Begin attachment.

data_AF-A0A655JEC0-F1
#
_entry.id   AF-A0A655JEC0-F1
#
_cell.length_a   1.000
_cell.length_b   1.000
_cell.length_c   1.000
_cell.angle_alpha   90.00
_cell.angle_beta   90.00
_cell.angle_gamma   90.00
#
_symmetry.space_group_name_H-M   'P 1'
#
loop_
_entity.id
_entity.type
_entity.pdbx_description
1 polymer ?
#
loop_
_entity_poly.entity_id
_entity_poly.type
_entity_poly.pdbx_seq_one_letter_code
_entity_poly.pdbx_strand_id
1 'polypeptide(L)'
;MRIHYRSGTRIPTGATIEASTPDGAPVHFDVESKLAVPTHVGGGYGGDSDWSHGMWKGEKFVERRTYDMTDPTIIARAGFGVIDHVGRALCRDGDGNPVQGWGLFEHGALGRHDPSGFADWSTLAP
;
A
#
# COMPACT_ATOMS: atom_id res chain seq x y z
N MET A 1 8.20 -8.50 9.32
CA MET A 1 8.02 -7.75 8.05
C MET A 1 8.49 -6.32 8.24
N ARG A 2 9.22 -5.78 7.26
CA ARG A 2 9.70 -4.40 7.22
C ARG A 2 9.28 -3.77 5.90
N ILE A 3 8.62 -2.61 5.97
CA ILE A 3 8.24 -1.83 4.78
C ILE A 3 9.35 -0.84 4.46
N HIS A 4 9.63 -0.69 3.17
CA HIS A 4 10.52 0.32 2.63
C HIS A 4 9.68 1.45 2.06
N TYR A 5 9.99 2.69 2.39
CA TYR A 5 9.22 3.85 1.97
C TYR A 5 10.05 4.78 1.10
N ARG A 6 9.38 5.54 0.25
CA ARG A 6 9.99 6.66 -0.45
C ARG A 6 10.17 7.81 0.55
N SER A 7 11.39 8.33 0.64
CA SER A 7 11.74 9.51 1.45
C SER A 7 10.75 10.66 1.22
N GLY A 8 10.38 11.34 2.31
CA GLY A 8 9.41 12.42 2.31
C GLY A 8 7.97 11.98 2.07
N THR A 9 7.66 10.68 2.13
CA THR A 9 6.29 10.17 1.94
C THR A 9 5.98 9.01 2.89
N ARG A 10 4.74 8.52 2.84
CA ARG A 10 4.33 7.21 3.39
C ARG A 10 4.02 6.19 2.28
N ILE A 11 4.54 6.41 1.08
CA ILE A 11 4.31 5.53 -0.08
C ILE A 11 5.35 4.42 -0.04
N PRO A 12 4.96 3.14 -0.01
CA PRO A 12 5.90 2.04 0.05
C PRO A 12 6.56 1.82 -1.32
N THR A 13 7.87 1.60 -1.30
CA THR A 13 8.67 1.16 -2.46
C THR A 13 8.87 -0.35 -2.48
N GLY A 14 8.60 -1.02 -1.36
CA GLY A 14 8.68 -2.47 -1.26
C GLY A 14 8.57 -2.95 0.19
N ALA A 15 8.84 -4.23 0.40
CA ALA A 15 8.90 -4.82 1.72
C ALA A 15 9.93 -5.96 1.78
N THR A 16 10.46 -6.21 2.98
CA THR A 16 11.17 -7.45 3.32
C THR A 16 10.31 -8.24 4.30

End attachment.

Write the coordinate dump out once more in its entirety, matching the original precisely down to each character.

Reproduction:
data_AF-A0A655JEC0-F1
#
_entry.id   AF-A0A655JEC0-F1
#
_cell.length_a   1.000
_cell.length_b   1.000
_cell.length_c   1.000
_cell.angle_alpha   90.00
_cell.angle_beta   90.00
_cell.angle_gamma   90.00
#
_symmetry.space_group_name_H-M   'P 1'
#
loop_
_entity.id
_entity.type
_entity.pdbx_description
1 polymer ?
#
loop_
_entity_poly.entity_id
_entity_poly.type
_entity_poly.pdbx_seq_one_letter_code
_entity_poly.pdbx_strand_id
1 'polypeptide(L)'
;MRIHYRSGTRIPTGATIEASTPDGAPVHFDVESKLAVPTHVGGGYGGDSDWSHGMWKGEKFVERRTYDMTDPTIIARAGFGVIDHVGRALCRDGDGNPVQGWGLFEHGALGRHDPSGFADWSTLAP
;
A
#
# COMPACT_ATOMS: atom_id res chain seq x y z
N MET A 1 8.20 -8.50 9.32
CA MET A 1 8.02 -7.75 8.05
C MET A 1 8.49 -6.32 8.24
N ARG A 2 9.22 -5.78 7.26
CA ARG A 2 9.70 -4.40 7.22
C ARG A 2 9.28 -3.77 5.90
N ILE A 3 8.62 -2.61 5.97
CA ILE A 3 8.24 -1.83 4.78
C ILE A 3 9.35 -0.84 4.46
N HIS A 4 9.63 -0.69 3.17
CA HIS A 4 10.52 0.32 2.63
C HIS A 4 9.68 1.45 2.06
N TYR A 5 9.99 2.69 2.39
CA TYR A 5 9.22 3.85 1.97
C TYR A 5 10.05 4.78 1.10
N ARG A 6 9.38 5.54 0.25
CA ARG A 6 9.99 6.66 -0.45
C ARG A 6 10.17 7.81 0.55
N SER A 7 11.39 8.33 0.64
CA SER A 7 11.74 9.51 1.45
C SER A 7 10.75 10.66 1.22
N GLY A 8 10.38 11.34 2.31
CA GLY A 8 9.41 12.42 2.31
C GLY A 8 7.97 11.98 2.07
N THR A 9 7.66 10.68 2.13
CA THR A 9 6.29 10.17 1.94
C THR A 9 5.98 9.01 2.89
N ARG A 10 4.74 8.52 2.84
CA ARG A 10 4.33 7.21 3.39
C ARG A 10 4.02 6.19 2.28
N ILE A 11 4.54 6.41 1.08
CA ILE A 11 4.31 5.53 -0.08
C ILE A 11 5.35 4.42 -0.04
N PRO A 12 4.96 3.14 -0.01
CA PRO A 12 5.90 2.04 0.05
C PRO A 12 6.56 1.82 -1.32
N THR A 13 7.87 1.60 -1.30
CA THR A 13 8.67 1.16 -2.46
C THR A 13 8.87 -0.35 -2.48
N GLY A 14 8.60 -1.02 -1.36
CA GLY A 14 8.68 -2.47 -1.26
C GLY A 14 8.57 -2.95 0.19
N ALA A 15 8.84 -4.23 0.40
CA ALA A 15 8.90 -4.82 1.72
C ALA A 15 9.93 -5.96 1.78
N THR A 16 10.46 -6.21 2.98
CA THR A 16 11.17 -7.45 3.32
C THR A 16 10.31 -8.24 4.30